HON. 0. H. B.
t< w .SWI TH
I(( pt City Court
Korney at law
[gEXERAL PRACTICE .
FORNEY AT LAW
Lntu JS0 - I: - "' ,LS0>
fcRELL & WILSON
JTORNEYS at law
linbridge, • Georgia
If, v, CUSTER
IttoRNEY at law
Ajctice in ad Courts
Circuit and all bederal
jteOpposite Court House
InORNEY AT law
See in court House
DR, S. EHRLICH
nSIClAN & SURGEON
JPhones 358, 46 and 18
I Office 312 Clark St.
V. WIMBERLY, 1R.
ITTORNEY AT LAW
Sice in O’Neal Building
|Next to Court House
• - - Georgia.
Ittorney at law
Wees in Chatton Building
| Opposite Court House
• - - Georgia.
J. M. FLOYD
Ittorney at law
[Dealer in Real Estate
l[ $nd. Floor Racket store
attorney at law
p with Hon. H. B. Spooner
|W. M. ARLINE
I decatur county
| p 0. Stricklan, Ga.
Inin levels for Terracing,
fig and Draining. All let-
Winqu rues will beprompt-
R M. WALSH
O- V. M.
rterman’s Pressing Club
[^Place for Good Work.-
Rid doves Cleaned
Loi l. fli Husheling Work.
[f [; or R Guaranteed-
Camp no. 28.
^ Second and Fourth
I* ltin8 S ‘’ Vere igns Always
1 '"Jneil Commander.
■ Has 'cock, clerk.
, . . 11 cr «k sr.y catc. tsi
any ce*c. tar
ton.c the Fever will to
tn liver tiJer il~i
Of Forsyth, Monroe County Candidate
For One Of the Newly Created
Judgeships On The Court Of Ap.
For Solicitor General
To the White Voters of the Albany
This will make known to you that I
am a candidate for re-election to tire
office of Solicitor General of said Cir
cuit, subject to the State Democratic
Primary to be held on September 12tli.
I am grateful for the confidence you
have reposed in me in the past, and
sincerely trust that my service lias
been such as to merit your endorse
ment for another term.
I will be thankful for your support,
and if again honored by you, I am
pledged to serve you faithfully,
It. C. Hell.
FOR REPRESENTATIVE IN
THE SIXTY-FIFTH CONGRESS
To the Voters of the Second Congres
Feeling profoundly grateful (o you
and deeply conscious of the great obli
gation and responsiblity resting upon
me, I hereby acknowledge the debt of
gratitude I feel for the confidence you
have so generously reposed in me.
I have spared no effort to serve you
My record for the short time I have
served you is before you and I am
willing for you to pass upon it, confi
dently telying upon a fair verdict at
the polls in September from a great
people who are justas well as generous.
I hereby announce as a candidate to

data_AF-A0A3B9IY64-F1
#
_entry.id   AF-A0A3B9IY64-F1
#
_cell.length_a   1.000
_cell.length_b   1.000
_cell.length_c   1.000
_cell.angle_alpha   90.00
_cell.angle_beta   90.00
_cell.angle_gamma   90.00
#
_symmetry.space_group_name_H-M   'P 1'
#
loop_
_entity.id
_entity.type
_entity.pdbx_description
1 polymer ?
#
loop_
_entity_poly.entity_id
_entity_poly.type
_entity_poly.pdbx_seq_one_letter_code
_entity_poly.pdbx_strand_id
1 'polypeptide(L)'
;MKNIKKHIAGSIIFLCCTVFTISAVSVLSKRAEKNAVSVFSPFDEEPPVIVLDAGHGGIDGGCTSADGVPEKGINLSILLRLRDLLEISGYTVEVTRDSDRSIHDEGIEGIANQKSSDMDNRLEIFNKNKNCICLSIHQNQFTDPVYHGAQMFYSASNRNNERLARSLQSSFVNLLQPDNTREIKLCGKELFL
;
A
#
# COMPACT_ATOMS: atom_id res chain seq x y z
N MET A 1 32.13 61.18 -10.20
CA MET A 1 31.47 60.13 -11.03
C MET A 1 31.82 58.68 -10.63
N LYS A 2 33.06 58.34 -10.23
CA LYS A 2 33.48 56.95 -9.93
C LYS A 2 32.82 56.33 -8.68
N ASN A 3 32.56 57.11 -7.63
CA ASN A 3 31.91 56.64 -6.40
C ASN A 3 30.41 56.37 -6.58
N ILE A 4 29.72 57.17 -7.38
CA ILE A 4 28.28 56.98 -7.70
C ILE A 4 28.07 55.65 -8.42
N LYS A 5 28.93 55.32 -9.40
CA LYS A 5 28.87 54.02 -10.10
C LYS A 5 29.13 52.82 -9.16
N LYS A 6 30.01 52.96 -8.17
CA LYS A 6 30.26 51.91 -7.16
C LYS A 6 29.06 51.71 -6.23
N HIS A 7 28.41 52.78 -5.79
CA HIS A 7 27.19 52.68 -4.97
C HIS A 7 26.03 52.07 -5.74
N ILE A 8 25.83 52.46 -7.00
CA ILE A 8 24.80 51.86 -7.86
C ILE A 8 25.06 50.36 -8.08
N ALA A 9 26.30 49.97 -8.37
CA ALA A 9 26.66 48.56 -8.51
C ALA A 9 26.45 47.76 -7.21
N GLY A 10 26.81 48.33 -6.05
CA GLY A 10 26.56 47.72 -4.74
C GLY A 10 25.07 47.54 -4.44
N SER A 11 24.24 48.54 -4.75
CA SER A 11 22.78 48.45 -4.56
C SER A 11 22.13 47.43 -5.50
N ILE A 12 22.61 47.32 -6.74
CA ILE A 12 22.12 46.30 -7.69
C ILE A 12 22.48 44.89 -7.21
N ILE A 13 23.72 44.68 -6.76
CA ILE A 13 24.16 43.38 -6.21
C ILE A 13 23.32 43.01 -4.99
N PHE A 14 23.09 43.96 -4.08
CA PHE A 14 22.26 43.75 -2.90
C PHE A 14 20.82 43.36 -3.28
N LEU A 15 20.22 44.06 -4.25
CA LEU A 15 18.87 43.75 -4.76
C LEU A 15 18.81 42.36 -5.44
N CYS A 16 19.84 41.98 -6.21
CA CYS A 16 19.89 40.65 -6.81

succeed myself as your Representative
in the 65th, Congress, subject to your
will and under the rules of the Demo
While important measures affecting
your interests are before Congress and
when ever vote counts, I feel that I
should attend to the duties to which
you have assigned me, and return only
when your interests are not neglected.
I expects to be in the district and
shall see as many of you personally as
possible before the Primary on Septem
I hereby announce my candidacy for
Representative from Decatur county,
subject to the action of the Democratic
Primary of September 12th. 1 ask the
usual consideration at the hands of the
voters. If I am re-elected I will en
deavor to fill the position to the satis
faction of the best interests of the
E. H. Griffin.
I hereby announce my candidacy for
re-election to the General Assembly
from Decatur county and if I am elect
ed will serve the people to the best of
my ability. „
A. B. Conger
Long loans on improved farm
lands at low ratts ot interest.
The conditions are such that any
man can improve his farm and
let the farm pay for itself and
F. E. STRICKLAND
\ FOR SALE l
For sale 125 acre farm 5.
about 3 miles southeast of JJf
Faceville—in good com- Jf
munity —65 acres in culti- 5.
vation—six room frame
f dwelling, nice stock barn,
3 room tenant dwelling, SE
all built last winter. Near J
5 good school and church. St
5 Improvements worth the
<5 Good soil—Price $1801.00
|J. B, L. BARBERS
J» Office Hamil Building jj?
Bainbridge, - Georgia,
For Georgiy Livestock
Industry Worth $100,000,000 Requires
ANDREW M. SOULE, President Geor-
gia State College Of Agriculture
The aggregate of our live stock in
terests is not generally appreciated for
the animals now owned on Georgia
fajms are easily worth $100,000,000.
In 1910 the state was credited in the
federal census with owning about $78,-
000,000 worth of live stock. Within a
period of six years, therefore, there
has been an increase in the value of
live stock of approximately $22,000,000,
and this in the face of the fact that
the shipment of a very considerable
number of mules to Europe on ac
count of the war conditions prevailing
there has tended to reduce not only
the number but the value of our ani
mals as well. At the present time
there are only about fifty licensed vet
erinarians practicing in the state of
Georgia. Most of these live in towns
and cities, and there are many farmers
in the state who are more than one
hundred miles from a competent vet
erinarian; and even if they could se
cure his services in time, it would be
at an almost prohibitive cost. It may
thus he said with propriety that farm
ers living out in the open country
would lind it extremely difficult to se
cure the aid of a competent veterina